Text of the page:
A Postscript from Another Perspective

I kept thinking about my earlier post after I finished it, revisiting it because something about it bothered me, and after a lot of thought I finally figured out what it was. I think my argument about how academia regards scholarly publishers and journals as signs of quality is more or less correct. What bothers me is that in my relatively dispassionate analysis I gave no clue as to how much the situation disappoints me.

Academics use publishers as status indicators without necessarily considering the quality of the publications, just as they use schools, programs, and degrees as status indicators regardless of the quality of the individual scholar. I once heard a prominent scholar mocked (not to his or her face) for having a PhD from a state university. A professor I knew once compared two academics meeting for the first time to two dogs sniffing each other’s butts. Sniff, sniff, oooh, a Harvard PhD. Sniff Sniff, a book from OUP. Granted this isn’t necessarily what happens in the scholarship itself, where superficial stereotypes might give way to consideration of merit in other’s works.

Librarians usually lack the status consideration of professors, at least about some things. As long as an MLS is accredited, few people care what university it’s from, unlike academics considering the origin of PhDs. Some librarians have institutional status anxiety, I guess. I was talking with another philosophy librarian from a university library in the south. He joked that some of his colleagues might see the “Princeton University” on my badge and think, “hey, you could probably come down here and run our jerkwater library.” Trust me, I couldn’t. But I’ve served on numerous ALA committees with librarians from all sorts of libraries, large and small, academic and public, and I’ve never noticed anyone responding to anything other than the quality of their participation, not what employer is on their badge or where they got their MLS from.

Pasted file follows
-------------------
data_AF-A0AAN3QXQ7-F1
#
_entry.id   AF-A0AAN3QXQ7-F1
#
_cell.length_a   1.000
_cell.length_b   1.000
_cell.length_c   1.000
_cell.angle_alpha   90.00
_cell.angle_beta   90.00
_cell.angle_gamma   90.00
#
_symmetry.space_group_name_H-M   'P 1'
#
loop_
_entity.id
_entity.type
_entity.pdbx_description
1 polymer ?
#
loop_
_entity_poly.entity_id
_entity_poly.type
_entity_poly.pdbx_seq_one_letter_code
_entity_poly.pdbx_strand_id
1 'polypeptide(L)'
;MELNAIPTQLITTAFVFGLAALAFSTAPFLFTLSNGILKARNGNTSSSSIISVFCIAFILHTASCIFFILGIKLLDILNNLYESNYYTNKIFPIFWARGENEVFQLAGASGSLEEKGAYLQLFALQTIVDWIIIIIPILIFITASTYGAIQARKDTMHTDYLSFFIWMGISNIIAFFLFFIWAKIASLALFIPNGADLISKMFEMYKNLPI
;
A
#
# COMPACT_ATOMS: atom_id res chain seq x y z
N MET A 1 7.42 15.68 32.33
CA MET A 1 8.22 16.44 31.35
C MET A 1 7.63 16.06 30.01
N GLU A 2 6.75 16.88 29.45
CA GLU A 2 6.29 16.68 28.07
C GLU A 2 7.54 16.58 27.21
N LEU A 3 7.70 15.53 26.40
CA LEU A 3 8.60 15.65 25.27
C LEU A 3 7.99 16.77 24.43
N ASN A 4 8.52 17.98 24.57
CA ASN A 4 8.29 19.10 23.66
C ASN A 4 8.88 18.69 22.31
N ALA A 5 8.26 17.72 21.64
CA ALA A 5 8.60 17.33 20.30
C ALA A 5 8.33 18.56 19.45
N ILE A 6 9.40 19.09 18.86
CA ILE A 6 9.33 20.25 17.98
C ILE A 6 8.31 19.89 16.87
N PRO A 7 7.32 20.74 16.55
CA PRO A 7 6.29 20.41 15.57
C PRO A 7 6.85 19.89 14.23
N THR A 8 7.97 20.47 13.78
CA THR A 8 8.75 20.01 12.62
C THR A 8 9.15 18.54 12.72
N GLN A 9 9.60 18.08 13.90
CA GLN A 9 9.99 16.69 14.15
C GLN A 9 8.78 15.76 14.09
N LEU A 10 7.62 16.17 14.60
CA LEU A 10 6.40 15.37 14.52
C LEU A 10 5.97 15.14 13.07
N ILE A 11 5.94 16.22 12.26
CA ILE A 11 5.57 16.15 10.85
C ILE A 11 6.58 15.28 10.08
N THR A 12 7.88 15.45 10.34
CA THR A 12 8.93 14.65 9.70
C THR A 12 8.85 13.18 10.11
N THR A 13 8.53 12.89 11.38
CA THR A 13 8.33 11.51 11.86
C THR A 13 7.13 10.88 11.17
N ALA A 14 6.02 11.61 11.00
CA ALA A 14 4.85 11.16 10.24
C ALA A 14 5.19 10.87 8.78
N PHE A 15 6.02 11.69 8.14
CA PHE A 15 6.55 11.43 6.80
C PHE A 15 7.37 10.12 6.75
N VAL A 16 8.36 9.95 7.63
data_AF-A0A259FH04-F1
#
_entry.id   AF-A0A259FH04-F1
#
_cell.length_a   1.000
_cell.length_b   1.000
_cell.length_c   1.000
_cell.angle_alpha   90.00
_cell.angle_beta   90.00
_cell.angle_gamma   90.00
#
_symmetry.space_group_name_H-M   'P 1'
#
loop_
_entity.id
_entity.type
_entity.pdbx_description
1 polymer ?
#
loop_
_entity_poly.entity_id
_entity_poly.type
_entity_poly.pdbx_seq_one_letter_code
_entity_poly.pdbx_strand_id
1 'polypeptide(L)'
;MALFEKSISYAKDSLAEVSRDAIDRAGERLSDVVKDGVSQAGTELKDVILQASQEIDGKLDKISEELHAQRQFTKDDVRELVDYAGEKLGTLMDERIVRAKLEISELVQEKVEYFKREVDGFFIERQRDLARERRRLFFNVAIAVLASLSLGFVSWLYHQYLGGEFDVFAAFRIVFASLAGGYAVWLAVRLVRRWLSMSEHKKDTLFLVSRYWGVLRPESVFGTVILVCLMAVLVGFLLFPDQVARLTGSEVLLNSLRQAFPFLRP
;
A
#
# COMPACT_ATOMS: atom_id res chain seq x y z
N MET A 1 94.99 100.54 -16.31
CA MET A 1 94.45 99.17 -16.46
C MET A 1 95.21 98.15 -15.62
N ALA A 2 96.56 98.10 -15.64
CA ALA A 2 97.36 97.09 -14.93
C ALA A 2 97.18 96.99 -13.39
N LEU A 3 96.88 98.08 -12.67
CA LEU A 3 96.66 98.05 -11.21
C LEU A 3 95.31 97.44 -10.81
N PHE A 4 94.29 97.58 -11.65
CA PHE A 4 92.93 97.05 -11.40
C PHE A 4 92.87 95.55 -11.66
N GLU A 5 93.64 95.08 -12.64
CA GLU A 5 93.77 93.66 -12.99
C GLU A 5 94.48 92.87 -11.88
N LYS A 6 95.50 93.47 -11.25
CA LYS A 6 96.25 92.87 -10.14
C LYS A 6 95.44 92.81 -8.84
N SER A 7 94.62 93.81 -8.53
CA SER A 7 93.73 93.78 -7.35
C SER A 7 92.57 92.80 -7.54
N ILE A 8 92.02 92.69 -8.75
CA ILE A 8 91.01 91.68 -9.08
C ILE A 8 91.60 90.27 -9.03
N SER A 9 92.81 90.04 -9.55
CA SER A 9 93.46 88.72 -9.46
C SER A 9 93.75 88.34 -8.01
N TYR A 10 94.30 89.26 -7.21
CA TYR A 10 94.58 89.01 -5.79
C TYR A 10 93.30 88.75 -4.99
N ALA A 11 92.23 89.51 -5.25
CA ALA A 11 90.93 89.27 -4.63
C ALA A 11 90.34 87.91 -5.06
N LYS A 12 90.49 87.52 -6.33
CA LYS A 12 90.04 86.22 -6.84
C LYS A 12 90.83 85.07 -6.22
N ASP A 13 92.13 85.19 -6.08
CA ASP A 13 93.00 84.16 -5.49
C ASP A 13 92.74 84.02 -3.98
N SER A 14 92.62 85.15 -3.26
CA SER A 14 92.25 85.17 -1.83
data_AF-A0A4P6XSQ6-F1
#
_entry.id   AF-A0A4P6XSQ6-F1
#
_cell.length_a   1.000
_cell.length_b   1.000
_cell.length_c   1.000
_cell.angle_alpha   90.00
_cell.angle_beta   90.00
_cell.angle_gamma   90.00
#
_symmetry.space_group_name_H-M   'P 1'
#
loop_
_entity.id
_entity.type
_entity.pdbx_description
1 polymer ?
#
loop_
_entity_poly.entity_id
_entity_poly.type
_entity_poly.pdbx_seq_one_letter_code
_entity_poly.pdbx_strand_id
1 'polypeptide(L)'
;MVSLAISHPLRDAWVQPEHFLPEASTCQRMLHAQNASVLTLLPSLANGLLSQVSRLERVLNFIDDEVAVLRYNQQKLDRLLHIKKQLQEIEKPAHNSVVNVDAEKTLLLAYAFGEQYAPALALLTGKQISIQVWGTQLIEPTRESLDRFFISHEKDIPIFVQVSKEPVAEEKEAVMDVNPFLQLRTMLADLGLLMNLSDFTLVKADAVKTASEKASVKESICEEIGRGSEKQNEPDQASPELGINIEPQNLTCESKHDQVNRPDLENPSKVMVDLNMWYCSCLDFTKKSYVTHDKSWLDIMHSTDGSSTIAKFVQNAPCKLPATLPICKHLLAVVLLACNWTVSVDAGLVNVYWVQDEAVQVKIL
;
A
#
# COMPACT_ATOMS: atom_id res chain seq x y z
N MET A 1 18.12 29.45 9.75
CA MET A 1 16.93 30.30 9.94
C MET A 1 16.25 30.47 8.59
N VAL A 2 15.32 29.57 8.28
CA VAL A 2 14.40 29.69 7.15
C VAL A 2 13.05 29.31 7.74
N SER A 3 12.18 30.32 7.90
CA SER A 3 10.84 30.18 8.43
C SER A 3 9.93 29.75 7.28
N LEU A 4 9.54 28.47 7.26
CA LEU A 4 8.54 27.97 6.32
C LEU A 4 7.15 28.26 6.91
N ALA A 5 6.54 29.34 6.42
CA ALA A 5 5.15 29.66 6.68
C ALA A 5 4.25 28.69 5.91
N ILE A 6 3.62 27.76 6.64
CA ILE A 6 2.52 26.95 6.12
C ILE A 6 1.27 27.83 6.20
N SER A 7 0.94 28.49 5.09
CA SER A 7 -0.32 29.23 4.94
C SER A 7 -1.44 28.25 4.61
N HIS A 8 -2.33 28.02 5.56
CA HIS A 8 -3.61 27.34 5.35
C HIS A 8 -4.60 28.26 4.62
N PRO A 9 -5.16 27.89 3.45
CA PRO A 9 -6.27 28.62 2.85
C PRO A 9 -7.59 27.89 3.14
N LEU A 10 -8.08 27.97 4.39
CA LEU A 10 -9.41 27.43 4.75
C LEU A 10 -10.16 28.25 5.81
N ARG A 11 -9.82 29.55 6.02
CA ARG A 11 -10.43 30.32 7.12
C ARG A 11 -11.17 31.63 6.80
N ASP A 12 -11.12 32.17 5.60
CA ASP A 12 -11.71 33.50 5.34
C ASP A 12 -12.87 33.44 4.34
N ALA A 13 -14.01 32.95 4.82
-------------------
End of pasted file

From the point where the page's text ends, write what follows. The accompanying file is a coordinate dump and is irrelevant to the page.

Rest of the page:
However, libraries have pretty much given up control over the quality of their collections.  It’s worst with scholarly journals, i think. As the Big Deals have squeezed out so many choices, librarians have had to give up a lot of that control. We don’t really select many journals anymore, and those we do select we don’t really own. With approval plans, especially in larger libraries, we do relatively little of the individual selection, relying upon vendors to pick and choose for us and send things to us. There are obvious reasons our selection of books and journals must be this way, but we’ve still given up so much control.

Dissatisfaction and unhappiness often come because people can’t reconcile their expectations of reality with reality itself. I try to take things as they are when nothing can be changed and avoid that fate. Thus, I might accept libraries giving up control over their collections or the fact that academics and librarians often make judgments based on superficial signs because there’s nothing I can do about it. But I don’t have to like it or try to justify it. I thought about just deleting the post and starting over. Instead, consider this a postscript.

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  1. Pingback: Signs Taken for Wonders | Academic Librarian

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